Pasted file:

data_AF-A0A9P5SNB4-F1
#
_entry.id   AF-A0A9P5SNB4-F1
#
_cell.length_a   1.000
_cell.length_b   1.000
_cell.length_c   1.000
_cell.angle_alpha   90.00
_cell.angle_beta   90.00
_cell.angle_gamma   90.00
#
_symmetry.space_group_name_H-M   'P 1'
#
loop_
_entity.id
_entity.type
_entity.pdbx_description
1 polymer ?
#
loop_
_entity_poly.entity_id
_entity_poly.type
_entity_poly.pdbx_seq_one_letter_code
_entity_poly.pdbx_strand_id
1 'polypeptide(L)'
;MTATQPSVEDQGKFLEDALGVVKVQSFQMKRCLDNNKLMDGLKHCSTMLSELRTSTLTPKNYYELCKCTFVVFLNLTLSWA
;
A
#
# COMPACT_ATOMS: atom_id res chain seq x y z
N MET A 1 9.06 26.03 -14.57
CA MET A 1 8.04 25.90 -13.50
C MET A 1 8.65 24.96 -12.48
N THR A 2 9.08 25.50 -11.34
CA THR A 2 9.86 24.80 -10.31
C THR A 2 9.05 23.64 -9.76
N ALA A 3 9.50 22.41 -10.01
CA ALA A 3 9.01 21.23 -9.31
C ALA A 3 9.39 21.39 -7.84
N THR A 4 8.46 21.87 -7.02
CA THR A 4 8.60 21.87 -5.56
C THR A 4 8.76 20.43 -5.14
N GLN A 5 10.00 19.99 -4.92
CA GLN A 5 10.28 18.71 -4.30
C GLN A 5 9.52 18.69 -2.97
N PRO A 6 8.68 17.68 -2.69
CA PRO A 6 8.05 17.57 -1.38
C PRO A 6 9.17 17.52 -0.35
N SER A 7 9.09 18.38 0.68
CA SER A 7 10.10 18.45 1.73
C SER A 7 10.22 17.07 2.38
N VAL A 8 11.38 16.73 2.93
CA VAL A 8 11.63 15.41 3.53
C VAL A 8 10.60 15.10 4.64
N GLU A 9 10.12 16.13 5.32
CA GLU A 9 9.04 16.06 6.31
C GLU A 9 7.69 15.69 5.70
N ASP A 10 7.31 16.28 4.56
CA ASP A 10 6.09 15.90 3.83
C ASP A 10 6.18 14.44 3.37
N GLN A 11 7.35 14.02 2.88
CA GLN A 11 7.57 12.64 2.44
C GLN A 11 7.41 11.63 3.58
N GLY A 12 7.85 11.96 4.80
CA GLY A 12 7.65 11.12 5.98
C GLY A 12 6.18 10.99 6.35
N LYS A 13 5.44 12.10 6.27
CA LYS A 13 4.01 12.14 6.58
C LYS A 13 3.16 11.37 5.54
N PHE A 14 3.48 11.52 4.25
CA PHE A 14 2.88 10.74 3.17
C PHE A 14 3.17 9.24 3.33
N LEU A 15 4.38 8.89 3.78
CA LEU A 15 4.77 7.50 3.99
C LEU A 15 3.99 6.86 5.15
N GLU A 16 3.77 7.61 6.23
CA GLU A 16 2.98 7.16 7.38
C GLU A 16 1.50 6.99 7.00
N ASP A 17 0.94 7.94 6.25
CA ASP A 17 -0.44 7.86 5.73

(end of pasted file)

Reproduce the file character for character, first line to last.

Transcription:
data_AF-A0A9P5SNB4-F1
#
_entry.id   AF-A0A9P5SNB4-F1
#
_cell.length_a   1.000
_cell.length_b   1.000
_cell.length_c   1.000
_cell.angle_alpha   90.00
_cell.angle_beta   90.00
_cell.angle_gamma   90.00
#
_symmetry.space_group_name_H-M   'P 1'
#
loop_
_entity.id
_entity.type
_entity.pdbx_description
1 polymer ?
#
loop_
_entity_poly.entity_id
_entity_poly.type
_entity_poly.pdbx_seq_one_letter_code
_entity_poly.pdbx_strand_id
1 'polypeptide(L)'
;MTATQPSVEDQGKFLEDALGVVKVQSFQMKRCLDNNKLMDGLKHCSTMLSELRTSTLTPKNYYELCKCTFVVFLNLTLSWA
;
A
#
# COMPACT_ATOMS: atom_id res chain seq x y z
N MET A 1 9.06 26.03 -14.57
CA MET A 1 8.04 25.90 -13.50
C MET A 1 8.65 24.96 -12.48
N THR A 2 9.08 25.50 -11.34
CA THR A 2 9.86 24.80 -10.31
C THR A 2 9.05 23.64 -9.76
N ALA A 3 9.50 22.41 -10.01
CA ALA A 3 9.01 21.23 -9.31
C ALA A 3 9.39 21.39 -7.84
N THR A 4 8.46 21.87 -7.02
CA THR A 4 8.60 21.87 -5.56
C THR A 4 8.76 20.43 -5.14
N GLN A 5 10.00 19.99 -4.92
CA GLN A 5 10.28 18.71 -4.30
C GLN A 5 9.52 18.69 -2.97
N PRO A 6 8.68 17.68 -2.69
CA PRO A 6 8.05 17.57 -1.38
C PRO A 6 9.17 17.52 -0.35
N SER A 7 9.09 18.38 0.68
CA SER A 7 10.10 18.45 1.73
C SER A 7 10.22 17.07 2.38
N VAL A 8 11.38 16.73 2.93
CA VAL A 8 11.63 15.41 3.53
C VAL A 8 10.60 15.10 4.64
N GLU A 9 10.12 16.13 5.32
CA GLU A 9 9.04 16.06 6.31
C GLU A 9 7.69 15.69 5.70
N ASP A 10 7.31 16.28 4.56
CA ASP A 10 6.09 15.90 3.83
C ASP A 10 6.18 14.44 3.37
N GLN A 11 7.35 14.02 2.88
CA GLN A 11 7.57 12.64 2.44
C GLN A 11 7.41 11.63 3.58
N GLY A 12 7.85 11.96 4.80
CA GLY A 12 7.65 11.12 5.98
C GLY A 12 6.18 10.99 6.35
N LYS A 13 5.44 12.10 6.27
CA LYS A 13 4.01 12.14 6.58
C LYS A 13 3.16 11.37 5.54
N PHE A 14 3.48 11.52 4.25
CA PHE A 14 2.88 10.74 3.17
C PHE A 14 3.17 9.24 3.33
N LEU A 15 4.38 8.89 3.78
CA LEU A 15 4.77 7.50 3.99
C LEU A 15 3.99 6.86 5.15
N GLU A 16 3.77 7.61 6.23
CA GLU A 16 2.98 7.16 7.38
C GLU A 16 1.50 6.99 7.00
N ASP A 17 0.94 7.94 6.25
CA ASP A 17 -0.44 7.86 5.73